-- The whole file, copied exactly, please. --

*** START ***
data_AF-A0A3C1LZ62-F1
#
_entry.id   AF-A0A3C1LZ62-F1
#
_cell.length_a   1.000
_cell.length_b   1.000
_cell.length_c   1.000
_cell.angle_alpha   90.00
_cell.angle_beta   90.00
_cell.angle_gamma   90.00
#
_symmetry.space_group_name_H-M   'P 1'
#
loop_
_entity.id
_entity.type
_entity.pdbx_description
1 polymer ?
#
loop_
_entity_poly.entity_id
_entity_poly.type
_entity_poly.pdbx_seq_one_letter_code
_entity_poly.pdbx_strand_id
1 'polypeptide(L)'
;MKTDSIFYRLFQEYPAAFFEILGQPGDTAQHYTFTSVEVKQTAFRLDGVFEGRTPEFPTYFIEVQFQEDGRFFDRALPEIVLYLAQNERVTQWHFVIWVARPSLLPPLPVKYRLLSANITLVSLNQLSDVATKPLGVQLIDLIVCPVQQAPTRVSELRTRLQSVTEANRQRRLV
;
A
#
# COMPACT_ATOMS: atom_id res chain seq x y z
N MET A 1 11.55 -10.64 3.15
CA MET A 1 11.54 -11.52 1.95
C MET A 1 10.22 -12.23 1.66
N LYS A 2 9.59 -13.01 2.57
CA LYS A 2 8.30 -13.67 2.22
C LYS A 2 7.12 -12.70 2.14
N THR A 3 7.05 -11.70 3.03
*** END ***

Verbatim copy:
data_AF-A0A3C1LZ62-F1
#
_entry.id   AF-A0A3C1LZ62-F1
#
_cell.length_a   1.000
_cell.length_b   1.000
_cell.length_c   1.000
_cell.angle_alpha   90.00
_cell.angle_beta   90.00
_cell.angle_gamma   90.00
#
_symmetry.space_group_name_H-M   'P 1'
#
loop_
_entity.id
_entity.type
_entity.pdbx_description
1 polymer ?
#
loop_
_entity_poly.entity_id
_entity_poly.type
_entity_poly.pdbx_seq_one_letter_code
_entity_poly.pdbx_strand_id
1 'polypeptide(L)'
;MKTDSIFYRLFQEYPAAFFEILGQPGDTAQHYTFTSVEVKQTAFRLDGVFEGRTPEFPTYFIEVQFQEDGRFFDRALPEIVLYLAQNERVTQWHFVIWVARPSLLPPLPVKYRLLSANITLVSLNQLSDVATKPLGVQLIDLIVCPVQQAPTRVSELRTRLQSVTEANRQRRLV
;
A
#
# COMPACT_ATOMS: atom_id res chain seq x y z
N MET A 1 11.55 -10.64 3.15
CA MET A 1 11.54 -11.52 1.95
C MET A 1 10.22 -12.23 1.66
N LYS A 2 9.59 -13.01 2.57
CA LYS A 2 8.30 -13.67 2.22
C LYS A 2 7.12 -12.70 2.14
N THR A 3 7.05 -11.70 3.03